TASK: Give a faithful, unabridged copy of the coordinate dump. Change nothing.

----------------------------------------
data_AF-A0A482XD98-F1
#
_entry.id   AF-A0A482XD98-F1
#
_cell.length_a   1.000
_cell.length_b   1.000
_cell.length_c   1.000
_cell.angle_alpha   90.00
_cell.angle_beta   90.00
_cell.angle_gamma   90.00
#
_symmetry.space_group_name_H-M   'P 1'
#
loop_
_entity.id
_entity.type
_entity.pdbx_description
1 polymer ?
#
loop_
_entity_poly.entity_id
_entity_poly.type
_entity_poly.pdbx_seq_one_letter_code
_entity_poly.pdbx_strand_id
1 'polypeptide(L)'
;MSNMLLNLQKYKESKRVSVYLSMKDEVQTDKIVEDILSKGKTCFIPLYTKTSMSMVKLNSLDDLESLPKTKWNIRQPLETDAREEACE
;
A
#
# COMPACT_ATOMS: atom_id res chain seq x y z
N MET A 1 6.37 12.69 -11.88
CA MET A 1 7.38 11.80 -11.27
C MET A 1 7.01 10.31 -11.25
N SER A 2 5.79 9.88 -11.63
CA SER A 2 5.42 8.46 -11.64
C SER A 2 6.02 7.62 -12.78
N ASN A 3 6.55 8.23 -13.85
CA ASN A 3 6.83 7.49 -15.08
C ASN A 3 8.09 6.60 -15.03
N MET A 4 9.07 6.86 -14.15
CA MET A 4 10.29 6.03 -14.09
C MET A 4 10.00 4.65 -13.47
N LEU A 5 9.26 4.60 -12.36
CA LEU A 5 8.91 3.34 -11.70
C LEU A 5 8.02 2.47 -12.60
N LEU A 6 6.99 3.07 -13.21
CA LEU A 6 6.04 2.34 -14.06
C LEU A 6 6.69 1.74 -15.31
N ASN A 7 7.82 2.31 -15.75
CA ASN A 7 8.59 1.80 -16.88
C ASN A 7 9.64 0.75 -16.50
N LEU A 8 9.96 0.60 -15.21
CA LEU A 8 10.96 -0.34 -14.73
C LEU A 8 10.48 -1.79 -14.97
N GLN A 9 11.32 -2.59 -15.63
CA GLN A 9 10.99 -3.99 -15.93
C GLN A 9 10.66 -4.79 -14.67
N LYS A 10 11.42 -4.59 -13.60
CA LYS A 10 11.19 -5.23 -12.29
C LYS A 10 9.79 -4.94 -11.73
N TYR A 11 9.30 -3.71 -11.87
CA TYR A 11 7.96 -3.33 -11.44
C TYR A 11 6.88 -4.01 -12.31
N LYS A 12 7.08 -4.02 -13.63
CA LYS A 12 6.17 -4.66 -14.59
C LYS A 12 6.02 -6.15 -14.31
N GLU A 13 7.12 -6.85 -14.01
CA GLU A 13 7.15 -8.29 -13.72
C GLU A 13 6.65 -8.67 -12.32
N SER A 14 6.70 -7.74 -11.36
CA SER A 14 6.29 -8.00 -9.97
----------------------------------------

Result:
data_AF-A0A482XD98-F1
#
_entry.id   AF-A0A482XD98-F1
#
_cell.length_a   1.000
_cell.length_b   1.000
_cell.length_c   1.000
_cell.angle_alpha   90.00
_cell.angle_beta   90.00
_cell.angle_gamma   90.00
#
_symmetry.space_group_name_H-M   'P 1'
#
loop_
_entity.id
_entity.type
_entity.pdbx_description
1 polymer ?
#
loop_
_entity_poly.entity_id
_entity_poly.type
_entity_poly.pdbx_seq_one_letter_code
_entity_poly.pdbx_strand_id
1 'polypeptide(L)'
;MSNMLLNLQKYKESKRVSVYLSMKDEVQTDKIVEDILSKGKTCFIPLYTKTSMSMVKLNSLDDLESLPKTKWNIRQPLETDAREEACE
;
A
#
# COMPACT_ATOMS: atom_id res chain seq x y z
N MET A 1 6.37 12.69 -11.88
CA MET A 1 7.38 11.80 -11.27
C MET A 1 7.01 10.31 -11.25
N SER A 2 5.79 9.88 -11.63
CA SER A 2 5.42 8.46 -11.64
C SER A 2 6.02 7.62 -12.78
N ASN A 3 6.55 8.23 -13.85
CA ASN A 3 6.83 7.49 -15.08
C ASN A 3 8.09 6.60 -15.03
N MET A 4 9.07 6.86 -14.15
CA MET A 4 10.29 6.03 -14.09
C MET A 4 10.00 4.65 -13.47
N LEU A 5 9.26 4.60 -12.36
CA LEU A 5 8.91 3.34 -11.70
C LEU A 5 8.02 2.47 -12.60
N LEU A 6 6.99 3.07 -13.21
CA LEU A 6 6.04 2.34 -14.06
C LEU A 6 6.69 1.74 -15.31
N ASN A 7 7.82 2.31 -15.75
CA ASN A 7 8.59 1.80 -16.88
C ASN A 7 9.64 0.75 -16.50
N LEU A 8 9.96 0.60 -15.21
CA LEU A 8 10.96 -0.34 -14.73
C LEU A 8 10.48 -1.79 -14.97
N GLN A 9 11.32 -2.59 -15.63
CA GLN A 9 10.99 -3.99 -15.93
C GLN A 9 10.66 -4.79 -14.67
N LYS A 10 11.42 -4.59 -13.60
CA LYS A 10 11.19 -5.23 -12.29
C LYS A 10 9.79 -4.94 -11.73
N TYR A 11 9.30 -3.71 -11.87
CA TYR A 11 7.96 -3.33 -11.44
C TYR A 11 6.88 -4.01 -12.31
N LYS A 12 7.08 -4.02 -13.63
CA LYS A 12 6.17 -4.66 -14.59
C LYS A 12 6.02 -6.15 -14.31
N GLU A 13 7.12 -6.85 -14.01
CA GLU A 13 7.15 -8.29 -13.72
C GLU A 13 6.65 -8.67 -12.32
N SER A 14 6.70 -7.74 -11.36
CA SER A 14 6.29 -8.00 -9.97